Get our free email newsletter with just one click

The Collector review at the Vaults, London – ‘atmospheric if affected’

Daniel Portman and Lily Loveless in The Collector at The Vaults, London. Photo: Scott Rylander Daniel Portman and Lily Loveless in The Collector at The Vaults, London. Photo: Scott Rylander

A discomforting psychological thriller based on the novel by John Fowles, The Collector tells the story of butterfly enthusiast and first-time kidnapper Frederick, and the woman he claims to love.

Making her stage debut, Lily Loveless imbues the imprisoned Miranda with an icy emotional control, a survival tactic belied by barely-disguised restlessness as she shifts constantly from foot to foot. Daniel Portman brings a sense of bewildered, bumbling awkwardness to the role of Fredrick, at least initially. As his frustration increases, though, he drops his pretensions of decency and begins to channel some real menace. His continued pleas that Miranda – and the audience – understand his point of view gets to the heart of his delusion. “There are two sides to every story,” he whines, without showing the least empathy for his victim.

The gradually intensifying action takes place in an impressive subterranean set, designed by Max Dorey. Half chintzy drawing room, half inescapable bunker, its suite of antique furniture sits uneasily alongside industrial shelving stacked with bottled water. Transparent dust sheets shroud everything, filling the space with long shadows even as they allow fleeting glimpses of sunlight, or the suggestion of other rooms beyond the cell.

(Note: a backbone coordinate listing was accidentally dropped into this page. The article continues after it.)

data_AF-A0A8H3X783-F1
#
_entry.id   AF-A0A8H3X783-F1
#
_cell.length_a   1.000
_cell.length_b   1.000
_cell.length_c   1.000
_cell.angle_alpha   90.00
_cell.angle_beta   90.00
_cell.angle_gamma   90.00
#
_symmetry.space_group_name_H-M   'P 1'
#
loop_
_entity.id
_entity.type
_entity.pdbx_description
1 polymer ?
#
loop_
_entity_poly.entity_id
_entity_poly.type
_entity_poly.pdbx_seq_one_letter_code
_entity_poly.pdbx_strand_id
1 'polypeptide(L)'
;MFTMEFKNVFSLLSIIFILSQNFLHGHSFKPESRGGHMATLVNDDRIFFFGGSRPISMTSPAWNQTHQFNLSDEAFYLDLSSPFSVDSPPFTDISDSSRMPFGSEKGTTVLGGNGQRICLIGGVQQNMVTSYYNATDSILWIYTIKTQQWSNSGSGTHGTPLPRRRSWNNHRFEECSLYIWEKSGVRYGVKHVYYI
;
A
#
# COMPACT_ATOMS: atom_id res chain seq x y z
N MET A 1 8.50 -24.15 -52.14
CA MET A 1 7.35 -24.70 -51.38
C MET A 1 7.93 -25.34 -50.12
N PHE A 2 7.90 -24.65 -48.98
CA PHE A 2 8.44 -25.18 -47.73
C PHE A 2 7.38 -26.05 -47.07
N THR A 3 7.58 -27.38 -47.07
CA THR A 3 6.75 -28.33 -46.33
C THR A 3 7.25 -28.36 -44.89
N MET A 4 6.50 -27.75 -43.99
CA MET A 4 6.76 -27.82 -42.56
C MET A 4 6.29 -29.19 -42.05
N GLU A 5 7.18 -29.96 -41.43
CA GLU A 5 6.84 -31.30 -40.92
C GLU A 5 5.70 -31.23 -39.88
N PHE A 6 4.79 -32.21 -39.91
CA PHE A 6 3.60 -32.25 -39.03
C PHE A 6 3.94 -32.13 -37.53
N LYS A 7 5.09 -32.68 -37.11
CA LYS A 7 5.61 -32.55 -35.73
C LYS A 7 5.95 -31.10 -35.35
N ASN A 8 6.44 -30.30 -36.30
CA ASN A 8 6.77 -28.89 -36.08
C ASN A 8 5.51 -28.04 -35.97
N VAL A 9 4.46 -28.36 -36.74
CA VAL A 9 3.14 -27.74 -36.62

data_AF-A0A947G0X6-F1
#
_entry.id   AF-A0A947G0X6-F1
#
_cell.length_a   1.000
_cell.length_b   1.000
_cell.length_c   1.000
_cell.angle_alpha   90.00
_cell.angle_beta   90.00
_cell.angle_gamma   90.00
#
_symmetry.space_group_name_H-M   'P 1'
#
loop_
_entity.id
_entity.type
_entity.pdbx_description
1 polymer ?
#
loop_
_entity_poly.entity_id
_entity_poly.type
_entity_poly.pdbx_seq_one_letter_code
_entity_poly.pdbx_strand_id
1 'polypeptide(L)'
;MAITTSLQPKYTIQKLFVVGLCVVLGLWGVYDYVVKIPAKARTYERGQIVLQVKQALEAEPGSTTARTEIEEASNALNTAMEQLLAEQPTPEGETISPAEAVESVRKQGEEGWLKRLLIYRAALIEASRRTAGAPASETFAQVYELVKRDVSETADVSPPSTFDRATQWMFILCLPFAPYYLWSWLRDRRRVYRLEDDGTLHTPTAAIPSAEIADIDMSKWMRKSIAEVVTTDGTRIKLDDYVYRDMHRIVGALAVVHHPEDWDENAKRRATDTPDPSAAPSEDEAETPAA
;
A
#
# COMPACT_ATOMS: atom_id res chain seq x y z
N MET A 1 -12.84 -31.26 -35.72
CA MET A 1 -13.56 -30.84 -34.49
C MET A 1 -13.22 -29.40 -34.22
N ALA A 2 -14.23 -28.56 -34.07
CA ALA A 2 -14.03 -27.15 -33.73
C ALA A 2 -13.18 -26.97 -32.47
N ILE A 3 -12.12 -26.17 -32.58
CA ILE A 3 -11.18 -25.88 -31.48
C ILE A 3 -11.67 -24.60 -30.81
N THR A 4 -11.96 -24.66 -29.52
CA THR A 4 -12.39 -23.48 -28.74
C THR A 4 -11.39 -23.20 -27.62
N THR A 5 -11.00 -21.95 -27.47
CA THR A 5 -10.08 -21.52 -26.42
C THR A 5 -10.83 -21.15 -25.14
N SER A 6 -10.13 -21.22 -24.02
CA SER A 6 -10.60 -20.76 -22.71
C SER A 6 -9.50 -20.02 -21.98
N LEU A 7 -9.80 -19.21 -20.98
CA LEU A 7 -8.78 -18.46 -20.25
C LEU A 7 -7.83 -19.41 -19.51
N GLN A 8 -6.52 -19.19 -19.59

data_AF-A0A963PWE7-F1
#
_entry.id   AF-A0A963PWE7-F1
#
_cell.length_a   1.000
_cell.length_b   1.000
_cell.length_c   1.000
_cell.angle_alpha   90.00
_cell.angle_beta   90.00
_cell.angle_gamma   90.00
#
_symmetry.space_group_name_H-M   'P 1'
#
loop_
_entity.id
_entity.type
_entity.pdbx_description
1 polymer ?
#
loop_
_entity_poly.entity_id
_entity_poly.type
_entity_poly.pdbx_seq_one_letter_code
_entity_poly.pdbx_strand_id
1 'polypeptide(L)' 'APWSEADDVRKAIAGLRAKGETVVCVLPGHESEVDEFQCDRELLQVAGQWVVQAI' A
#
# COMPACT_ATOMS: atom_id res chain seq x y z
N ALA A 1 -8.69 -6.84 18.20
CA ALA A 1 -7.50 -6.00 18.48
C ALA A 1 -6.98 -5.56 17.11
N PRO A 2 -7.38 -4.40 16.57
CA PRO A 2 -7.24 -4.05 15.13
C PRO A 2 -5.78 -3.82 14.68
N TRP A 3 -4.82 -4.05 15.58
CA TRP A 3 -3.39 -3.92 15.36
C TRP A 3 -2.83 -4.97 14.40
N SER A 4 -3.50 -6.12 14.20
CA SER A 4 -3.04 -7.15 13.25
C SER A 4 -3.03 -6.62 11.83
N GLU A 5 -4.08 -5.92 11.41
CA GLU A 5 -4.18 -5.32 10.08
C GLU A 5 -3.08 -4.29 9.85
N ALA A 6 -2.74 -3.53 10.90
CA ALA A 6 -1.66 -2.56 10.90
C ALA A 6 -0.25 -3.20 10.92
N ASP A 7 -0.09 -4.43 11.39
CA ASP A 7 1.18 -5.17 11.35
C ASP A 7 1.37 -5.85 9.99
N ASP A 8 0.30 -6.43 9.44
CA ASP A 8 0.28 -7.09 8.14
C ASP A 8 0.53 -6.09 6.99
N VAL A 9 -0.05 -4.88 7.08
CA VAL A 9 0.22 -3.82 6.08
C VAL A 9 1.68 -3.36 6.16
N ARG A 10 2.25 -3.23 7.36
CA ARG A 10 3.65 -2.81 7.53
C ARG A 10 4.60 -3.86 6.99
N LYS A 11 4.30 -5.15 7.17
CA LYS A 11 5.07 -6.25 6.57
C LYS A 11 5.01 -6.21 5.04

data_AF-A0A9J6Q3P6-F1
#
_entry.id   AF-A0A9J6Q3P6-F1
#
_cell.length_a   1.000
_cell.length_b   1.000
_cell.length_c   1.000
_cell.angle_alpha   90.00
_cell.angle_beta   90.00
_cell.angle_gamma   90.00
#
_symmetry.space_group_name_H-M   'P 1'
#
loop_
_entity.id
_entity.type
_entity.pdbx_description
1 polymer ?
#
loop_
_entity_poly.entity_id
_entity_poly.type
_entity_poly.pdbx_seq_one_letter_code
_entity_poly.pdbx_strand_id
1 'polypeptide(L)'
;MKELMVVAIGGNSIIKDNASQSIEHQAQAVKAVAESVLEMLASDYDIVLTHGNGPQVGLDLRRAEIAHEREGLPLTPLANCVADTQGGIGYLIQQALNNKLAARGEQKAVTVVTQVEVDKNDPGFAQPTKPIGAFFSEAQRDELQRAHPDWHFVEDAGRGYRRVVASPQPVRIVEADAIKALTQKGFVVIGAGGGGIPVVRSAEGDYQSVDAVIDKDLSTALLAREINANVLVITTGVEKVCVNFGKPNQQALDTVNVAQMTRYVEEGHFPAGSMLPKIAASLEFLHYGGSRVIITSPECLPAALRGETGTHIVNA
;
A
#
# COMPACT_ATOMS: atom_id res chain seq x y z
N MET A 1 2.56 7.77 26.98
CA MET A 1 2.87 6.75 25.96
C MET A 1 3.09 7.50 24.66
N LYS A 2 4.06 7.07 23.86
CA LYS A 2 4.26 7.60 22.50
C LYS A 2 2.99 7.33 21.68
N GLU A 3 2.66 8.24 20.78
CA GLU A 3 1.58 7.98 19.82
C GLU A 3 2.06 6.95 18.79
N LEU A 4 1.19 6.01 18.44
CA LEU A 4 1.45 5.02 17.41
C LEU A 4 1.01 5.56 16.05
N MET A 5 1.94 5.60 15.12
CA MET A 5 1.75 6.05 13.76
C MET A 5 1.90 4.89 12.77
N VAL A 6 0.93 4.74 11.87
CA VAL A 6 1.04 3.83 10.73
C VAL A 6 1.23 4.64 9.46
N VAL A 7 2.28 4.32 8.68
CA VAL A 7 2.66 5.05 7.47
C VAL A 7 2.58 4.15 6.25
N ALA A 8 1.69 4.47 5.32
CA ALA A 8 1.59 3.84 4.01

Director Joe Hufton keeps a tight – perhaps too tight – grip on proceedings, opting for crisp diction and strident movement, which only increase the sense of stiffness in Mark Healy’s starchy adaptation. Even amid shocking circumstances, there is a tense formality to the character’s interactions, and to the performance as a whole.

Subscribers to The Stage get 10% off The Stage Tickets’ price
Atmospheric if affected adaptation of John Fowles’ classic story of obsession and entitlement